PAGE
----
Forging coins had taught him two lessons: that things have no intrinsic value, and that people will believe what they want to believe. The Church of the Latter Day Saints was the perfect victim. Since its beginnings, in 1863, it has been a religion in search of authentication. The hundreds of thousands of dollars-worth of documents that Hofmann sold to the church were faith-promoting documents of the highest order. They included the earliest known Mormon artefact – a letter from the mother of the church’s founder, Joseph Smith – and the last: a letter written by Smith from jail just before he was murdered.

Hofmann’s real intention, however, was to destroy the faith he despised. Like a virus planted in a computer, he began to feed the Church of Latter Day Saints with documents that called into question some of the fundamental tenets of the faith. His most famous forgery came to be known as The White Salamander Letter. In it, Hofmann portrayed the Mormon church’s prophet, Joseph Smith, as a money-grubbing gold prospector who dabbled in black magic. Instead of angelic inspiration, he invented a diabolic, talking lizard. The Mormon Church bought the document for $250,000, and locked it away so that no one would see it.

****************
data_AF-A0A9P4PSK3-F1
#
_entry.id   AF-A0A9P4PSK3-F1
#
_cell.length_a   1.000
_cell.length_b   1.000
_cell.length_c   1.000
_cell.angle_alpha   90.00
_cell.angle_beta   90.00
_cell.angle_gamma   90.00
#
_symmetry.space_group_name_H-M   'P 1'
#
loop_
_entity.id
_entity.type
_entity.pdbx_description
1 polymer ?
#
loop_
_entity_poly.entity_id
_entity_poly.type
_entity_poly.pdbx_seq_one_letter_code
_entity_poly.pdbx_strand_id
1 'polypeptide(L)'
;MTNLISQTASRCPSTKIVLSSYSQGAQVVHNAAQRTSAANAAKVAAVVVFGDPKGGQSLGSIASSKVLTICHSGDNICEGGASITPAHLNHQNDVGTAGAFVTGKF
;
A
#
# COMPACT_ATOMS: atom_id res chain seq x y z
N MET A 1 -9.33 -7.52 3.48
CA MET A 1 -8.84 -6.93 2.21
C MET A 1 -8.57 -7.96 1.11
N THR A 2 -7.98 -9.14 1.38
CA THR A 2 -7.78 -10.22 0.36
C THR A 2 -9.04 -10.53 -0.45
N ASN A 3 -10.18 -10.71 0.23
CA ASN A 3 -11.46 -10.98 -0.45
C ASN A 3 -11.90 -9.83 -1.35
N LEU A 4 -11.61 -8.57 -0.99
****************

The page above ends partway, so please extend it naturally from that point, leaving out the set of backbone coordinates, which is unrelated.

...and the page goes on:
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Amazon is being sued for deleting e-books from their customer’s Kindles when Amazon found out the e-books were pirated copies.

The lawsuit said Amazon never disclosed to customers that it “possessed the technological ability or right to remotely delete digital content purchased through the Kindle Store.”

No shit. I didn’t know that about the Kindle either. The book? You’ll never believe. Orwell’s 1984. Check out the story.